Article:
• Difficulty expressing ideas and relating events in sequence


  • Excellent verbal ability, but cannot express thoughts on paper
  • Mechanical aptitude, but difficulty with reading, writing or spelling
  • Lacks social skills and has difficulty maintaining relationships or making friends
  • Learns well when shown, but cannot follow written and/or verbal instructions
  • Feels constantly anxious, tense, depressed and has a very poor self-concept
  • Has difficulty organizing belongings, time, activities, or responsibilities.

What if I see the Signs of a Learning Disability?

Trust your intuition! If you suspect  a real problem, collect information about your child's performance. Meet with your child's teachers, tutors, and other school support personnel, seek information and expert opinions, and do not be afraid to have him or her evaluated right away. Observe your child’s strenghts and interests.

Have Your Child Evaluated

Ask school authorities to provide a comprehensive educational evaluation including assessment tests. Tests for learning disabilities are referred to as assessment tests because they evaluate and measure areas of strengths and areas of need. A comprehensive evaluation, however, includes a variety of procedures in addition to the assessment tests, such as interviews, direct observation, reviews of your child's educational and medical history, and conferences with professionals who work with your child. Either you or the school can request this evaluation, but it is given only with written permission. Since you are one of the best observers of your child's development, it is important that you be an active participant in the evaluation process. If you don't understand the test results, ask questions!

Know your Rights!

Parents need to know how and where to get appropriate information. Learn about your special education program and services, your rights and responsibilities as a parent of a child with special needs by requesting a summary of legal rights and services from your child's school, district/board. Visit their websites to learn more about their program.

Contact your local Learning Disabilities Association for more information and support. 

Professionals Who Can Help

Audiologist - measures hearing ability and provides services for auditory training; offers advice on hearing aids.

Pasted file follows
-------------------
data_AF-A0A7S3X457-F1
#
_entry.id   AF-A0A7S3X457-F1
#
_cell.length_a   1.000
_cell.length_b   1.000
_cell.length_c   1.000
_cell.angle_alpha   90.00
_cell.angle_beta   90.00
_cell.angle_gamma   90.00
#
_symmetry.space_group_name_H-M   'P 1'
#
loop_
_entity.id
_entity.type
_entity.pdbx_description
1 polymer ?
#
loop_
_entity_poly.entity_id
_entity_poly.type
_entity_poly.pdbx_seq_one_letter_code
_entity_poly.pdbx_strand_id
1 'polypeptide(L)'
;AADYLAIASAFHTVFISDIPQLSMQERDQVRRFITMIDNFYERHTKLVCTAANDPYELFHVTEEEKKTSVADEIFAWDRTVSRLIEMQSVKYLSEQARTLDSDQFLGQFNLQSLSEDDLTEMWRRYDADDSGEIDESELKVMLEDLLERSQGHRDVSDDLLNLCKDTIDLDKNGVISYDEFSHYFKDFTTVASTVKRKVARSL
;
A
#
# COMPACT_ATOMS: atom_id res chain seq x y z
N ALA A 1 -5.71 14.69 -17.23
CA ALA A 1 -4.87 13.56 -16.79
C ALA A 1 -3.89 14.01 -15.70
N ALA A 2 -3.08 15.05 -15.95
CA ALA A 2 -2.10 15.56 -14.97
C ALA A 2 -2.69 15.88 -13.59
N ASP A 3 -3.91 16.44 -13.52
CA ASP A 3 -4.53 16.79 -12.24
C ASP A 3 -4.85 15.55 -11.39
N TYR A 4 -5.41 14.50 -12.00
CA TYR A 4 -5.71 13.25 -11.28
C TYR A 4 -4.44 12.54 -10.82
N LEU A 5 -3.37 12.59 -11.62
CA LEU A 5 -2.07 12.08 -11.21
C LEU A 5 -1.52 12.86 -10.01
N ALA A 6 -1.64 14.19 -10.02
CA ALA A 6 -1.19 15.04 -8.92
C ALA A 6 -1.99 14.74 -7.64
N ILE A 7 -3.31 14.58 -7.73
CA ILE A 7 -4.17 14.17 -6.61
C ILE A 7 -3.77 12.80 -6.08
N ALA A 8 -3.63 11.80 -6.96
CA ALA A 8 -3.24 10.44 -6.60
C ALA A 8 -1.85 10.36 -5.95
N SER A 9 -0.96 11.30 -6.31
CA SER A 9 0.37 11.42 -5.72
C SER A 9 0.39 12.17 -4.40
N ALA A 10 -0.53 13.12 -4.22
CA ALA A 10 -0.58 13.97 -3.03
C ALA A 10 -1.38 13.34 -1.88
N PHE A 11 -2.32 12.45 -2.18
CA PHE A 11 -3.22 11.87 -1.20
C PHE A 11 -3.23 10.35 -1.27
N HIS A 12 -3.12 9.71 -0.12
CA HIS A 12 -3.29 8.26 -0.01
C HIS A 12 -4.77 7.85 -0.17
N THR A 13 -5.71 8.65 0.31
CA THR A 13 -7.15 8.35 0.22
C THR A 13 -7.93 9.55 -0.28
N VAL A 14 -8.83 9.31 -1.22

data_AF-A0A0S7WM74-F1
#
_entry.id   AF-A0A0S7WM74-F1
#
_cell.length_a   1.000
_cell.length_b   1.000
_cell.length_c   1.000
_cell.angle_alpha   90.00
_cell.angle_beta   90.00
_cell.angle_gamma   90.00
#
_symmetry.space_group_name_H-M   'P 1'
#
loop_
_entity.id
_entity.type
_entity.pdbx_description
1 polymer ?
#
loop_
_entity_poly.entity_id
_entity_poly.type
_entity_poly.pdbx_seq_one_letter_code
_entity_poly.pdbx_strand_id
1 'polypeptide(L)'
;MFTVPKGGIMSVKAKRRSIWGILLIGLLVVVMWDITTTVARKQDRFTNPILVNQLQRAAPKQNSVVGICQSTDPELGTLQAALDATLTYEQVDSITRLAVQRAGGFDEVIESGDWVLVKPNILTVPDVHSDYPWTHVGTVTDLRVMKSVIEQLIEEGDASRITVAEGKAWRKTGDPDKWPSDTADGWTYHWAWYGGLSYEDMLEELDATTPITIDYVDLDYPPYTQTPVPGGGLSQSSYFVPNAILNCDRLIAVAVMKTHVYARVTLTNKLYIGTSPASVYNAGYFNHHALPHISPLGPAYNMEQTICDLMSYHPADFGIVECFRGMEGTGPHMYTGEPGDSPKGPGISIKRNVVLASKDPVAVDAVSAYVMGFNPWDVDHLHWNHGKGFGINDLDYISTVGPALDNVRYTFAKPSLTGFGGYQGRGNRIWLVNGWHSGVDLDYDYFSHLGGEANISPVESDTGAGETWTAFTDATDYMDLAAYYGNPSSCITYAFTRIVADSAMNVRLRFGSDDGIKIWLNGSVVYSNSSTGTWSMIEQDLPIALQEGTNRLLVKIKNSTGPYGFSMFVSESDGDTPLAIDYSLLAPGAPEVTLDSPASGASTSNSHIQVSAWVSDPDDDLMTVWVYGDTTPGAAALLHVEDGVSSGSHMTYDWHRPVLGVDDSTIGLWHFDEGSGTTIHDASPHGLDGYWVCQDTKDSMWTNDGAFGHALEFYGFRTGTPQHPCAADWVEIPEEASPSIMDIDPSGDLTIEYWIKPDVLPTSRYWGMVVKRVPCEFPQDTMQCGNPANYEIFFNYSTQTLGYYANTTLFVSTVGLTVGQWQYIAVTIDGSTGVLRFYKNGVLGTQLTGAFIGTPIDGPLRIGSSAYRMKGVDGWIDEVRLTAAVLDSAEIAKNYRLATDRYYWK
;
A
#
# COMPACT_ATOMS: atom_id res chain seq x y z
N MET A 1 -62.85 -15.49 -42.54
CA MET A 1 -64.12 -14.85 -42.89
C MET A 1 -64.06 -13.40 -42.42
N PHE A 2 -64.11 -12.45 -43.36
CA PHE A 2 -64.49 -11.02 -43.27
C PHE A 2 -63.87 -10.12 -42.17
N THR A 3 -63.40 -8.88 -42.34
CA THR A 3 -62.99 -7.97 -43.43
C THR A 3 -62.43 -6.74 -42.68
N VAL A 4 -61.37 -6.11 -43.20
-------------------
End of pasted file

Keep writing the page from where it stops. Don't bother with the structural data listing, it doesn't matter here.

Educational Consultant - gives education evaluations, familiar with school curriculum but may have a background in special education issues.

Educational Therapist - develops and runs programs for learning and behavior problems.

Learning Disabilities Specialist - a teacher with specific training and credentials to provide educational services to students with learning disabilities and their teachers.

Neurologist - looks for possible damage to brain functions (medical doctor).

Occupational Therapist - helps improve motor and sensory functions to increase the ability to perform daily tasks.

  Pediatrician - provides medical services to infants, children, and adolescents, trained in overall growth and development including motor, sensory, and behavioral development (medical doctor).

Psychiatrist - diagnoses and treats severe behavioral and emotional problems and may prescribe medications (medical doctor).

Psychologist (clinical) - provides psychological and intellectual assessment and treatment for mental and emotional health.

School/Educational Psychologist - gives and interprets psychological and educational tests; assists with behaviour management, provides counseling; consults with parents, staff, and community agencies about educational issues.

Speech and Language Therapist - helps children with language and speech difficulties.

The most common learning disabilities are:

Auditory and visual processing disabilities: a person with normal hearing and vision has difficulty processing language

Dyslexia: a person has trouble understanding written words, sentences or paragraphs

Dyscalculia: a person has difficulty solving arithmetic problems and grasping math concepts.

Dysgraphia: a person finds it hard to form letters or write within a defined space